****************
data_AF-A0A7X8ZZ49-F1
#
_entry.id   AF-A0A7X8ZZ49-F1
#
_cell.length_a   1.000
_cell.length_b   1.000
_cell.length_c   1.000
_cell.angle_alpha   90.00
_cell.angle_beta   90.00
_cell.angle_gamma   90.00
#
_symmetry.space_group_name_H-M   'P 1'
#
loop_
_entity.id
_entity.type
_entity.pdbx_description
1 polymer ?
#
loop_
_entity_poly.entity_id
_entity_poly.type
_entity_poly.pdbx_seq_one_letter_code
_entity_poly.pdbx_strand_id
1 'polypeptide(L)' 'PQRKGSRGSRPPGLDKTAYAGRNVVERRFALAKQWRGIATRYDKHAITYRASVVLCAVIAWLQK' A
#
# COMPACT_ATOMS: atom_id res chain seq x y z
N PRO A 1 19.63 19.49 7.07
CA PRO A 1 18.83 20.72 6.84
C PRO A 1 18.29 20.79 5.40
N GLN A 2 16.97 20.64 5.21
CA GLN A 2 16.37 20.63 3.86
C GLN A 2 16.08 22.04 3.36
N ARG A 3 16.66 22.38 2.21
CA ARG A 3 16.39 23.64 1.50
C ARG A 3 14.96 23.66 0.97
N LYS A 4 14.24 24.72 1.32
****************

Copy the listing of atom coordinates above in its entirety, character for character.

data_AF-A0A7X8ZZ49-F1
#
_entry.id   AF-A0A7X8ZZ49-F1
#
_cell.length_a   1.000
_cell.length_b   1.000
_cell.length_c   1.000
_cell.angle_alpha   90.00
_cell.angle_beta   90.00
_cell.angle_gamma   90.00
#
_symmetry.space_group_name_H-M   'P 1'
#
loop_
_entity.id
_entity.type
_entity.pdbx_description
1 polymer ?
#
loop_
_entity_poly.entity_id
_entity_poly.type
_entity_poly.pdbx_seq_one_letter_code
_entity_poly.pdbx_strand_id
1 'polypeptide(L)' 'PQRKGSRGSRPPGLDKTAYAGRNVVERRFALAKQWRGIATRYDKHAITYRASVVLCAVIAWLQK' A
#
# COMPACT_ATOMS: atom_id res chain seq x y z
N PRO A 1 19.63 19.49 7.07
CA PRO A 1 18.83 20.72 6.84
C PRO A 1 18.29 20.79 5.40
N GLN A 2 16.97 20.64 5.21
CA GLN A 2 16.37 20.63 3.86
C GLN A 2 16.08 22.04 3.36
N ARG A 3 16.66 22.38 2.21
CA ARG A 3 16.39 23.64 1.50
C ARG A 3 14.96 23.66 0.97
N LYS A 4 14.24 24.72 1.32